For me personally, food was always interesting. If you live downtown, you’ll realize there are three food options at your disposal. Either you cook yourself (presuming you know how, and you have time), go to a restaurant/order delivery (spending money and time waiting), or eat fast food (accepting unhealthy and processed ingredients). It made sense to build a platform, which empowered local chefs or people that can cook to sell their foods to people within their own neighbourhood or community. These meals would be healthier, cheaper, quicker, and you would know the person who made the meal just for you. It was not until people assumed it was like the Uber for food, that I realized that this was not the case.
How to distinguish between sharing economy companies
I asked myself what separates Uberfication and Micro-Entrepreneurship and came up with a list of X questions.
1. What is the mission or vision for the company? Is the company’s mission to provide value to the suppliers of the service, or through the suppliers of the service?
2. Who sets the price for the good or service? Who determines how much fair value is for the good or service? Uber sets the prices and sets the surge. Etsy and Airbnb provide recommendations of prices, but let you decide.
3. Does the consumer care who provided the good or service? Frankly, I am indifferent whether Stacey drove me in her car via Uber, or Ahmed. It only matters that I got there on time. I do care if Bob made me this amazing vase or Salima put together my jewelry.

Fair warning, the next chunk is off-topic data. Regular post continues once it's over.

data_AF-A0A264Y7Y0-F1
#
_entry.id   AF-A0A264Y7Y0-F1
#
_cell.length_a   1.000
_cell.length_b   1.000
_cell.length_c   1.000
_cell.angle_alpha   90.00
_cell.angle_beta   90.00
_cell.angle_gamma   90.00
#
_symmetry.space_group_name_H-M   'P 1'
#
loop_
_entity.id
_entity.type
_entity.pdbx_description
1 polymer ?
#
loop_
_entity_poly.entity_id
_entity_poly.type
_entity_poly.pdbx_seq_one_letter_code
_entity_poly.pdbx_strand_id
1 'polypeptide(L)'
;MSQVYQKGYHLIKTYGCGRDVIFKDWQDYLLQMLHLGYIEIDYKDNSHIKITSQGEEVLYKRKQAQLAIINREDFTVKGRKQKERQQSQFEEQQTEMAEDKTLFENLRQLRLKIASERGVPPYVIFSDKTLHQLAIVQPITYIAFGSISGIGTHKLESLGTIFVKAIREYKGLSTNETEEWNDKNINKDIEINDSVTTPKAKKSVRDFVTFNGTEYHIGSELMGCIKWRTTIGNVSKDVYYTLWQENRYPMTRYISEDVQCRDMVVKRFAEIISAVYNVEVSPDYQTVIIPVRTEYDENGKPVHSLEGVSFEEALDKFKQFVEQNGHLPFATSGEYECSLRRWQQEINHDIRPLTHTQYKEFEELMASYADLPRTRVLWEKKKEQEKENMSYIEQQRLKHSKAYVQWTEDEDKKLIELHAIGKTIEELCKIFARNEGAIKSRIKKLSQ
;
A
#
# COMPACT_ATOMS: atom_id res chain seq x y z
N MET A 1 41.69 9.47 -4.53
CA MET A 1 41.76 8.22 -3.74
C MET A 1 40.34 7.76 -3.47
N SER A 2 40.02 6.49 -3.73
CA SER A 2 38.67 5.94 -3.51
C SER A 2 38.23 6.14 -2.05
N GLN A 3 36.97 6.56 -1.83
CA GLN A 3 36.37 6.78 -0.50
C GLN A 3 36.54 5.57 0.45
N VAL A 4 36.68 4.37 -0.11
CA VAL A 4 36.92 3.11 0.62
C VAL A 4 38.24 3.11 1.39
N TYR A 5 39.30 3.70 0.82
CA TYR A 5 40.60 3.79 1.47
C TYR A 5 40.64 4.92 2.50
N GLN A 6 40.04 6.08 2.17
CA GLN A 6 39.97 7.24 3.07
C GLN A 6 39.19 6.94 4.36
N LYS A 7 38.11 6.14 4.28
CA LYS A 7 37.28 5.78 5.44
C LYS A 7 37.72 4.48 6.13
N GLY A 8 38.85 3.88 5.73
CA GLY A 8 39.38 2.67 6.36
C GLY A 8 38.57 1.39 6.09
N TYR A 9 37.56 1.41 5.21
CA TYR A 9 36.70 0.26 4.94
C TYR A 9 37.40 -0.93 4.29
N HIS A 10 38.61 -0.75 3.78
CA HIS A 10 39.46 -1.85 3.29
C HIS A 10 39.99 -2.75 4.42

4. Who promotes the business? For Uber, it is the company that tells people to use their platform. I don’t see many Uber drivers asking me to sit in their car and pay through the phone. In Etsy however, people promote on Facebook and other channels about the products they are selling.
5. If the service ended, how would the same value be recreated? In the case of Uber, drivers would go back to driving taxis, or not drive people around at all. It is obviously hard to imagine the end of Uber now, but the value could not be recreated, unless a similar company took its place. If Etsy ended, the sellers would not disappear. They would keep selling via other channels.
When I look at MealSurfers, it is the same sort of questions I end up asking myself. Our mission is to provide a platform for local chefs to sell their food to anyone who wants to buy it. The chefs set the price, meals, and order/pickup times. Consumers see who made the food, and care about the source. We help the chefs promote their business, and we promote it ourselves. Finally, chefs have been doing this before, and they will continue to do it whether or not we formalize it.
As a result, we are not the Uber for food.
Irrespective of what the future holds, there will be more companies in this space. Some will try to emulate Uber, while others emulate Etsy. I think many will also be shut down. As you read this, I encourage you to have an open mind about companies in this space. It took Uber $20 or a free ride to convince you to accept their services. Not all startups will offer that benefit at the onset, but they will be just as valuable. As Canadians there are numerous ways to create value for each other, if we keep collaboration top of mind.
Check us out at MealSurfers if you’re a hungry Torontonian.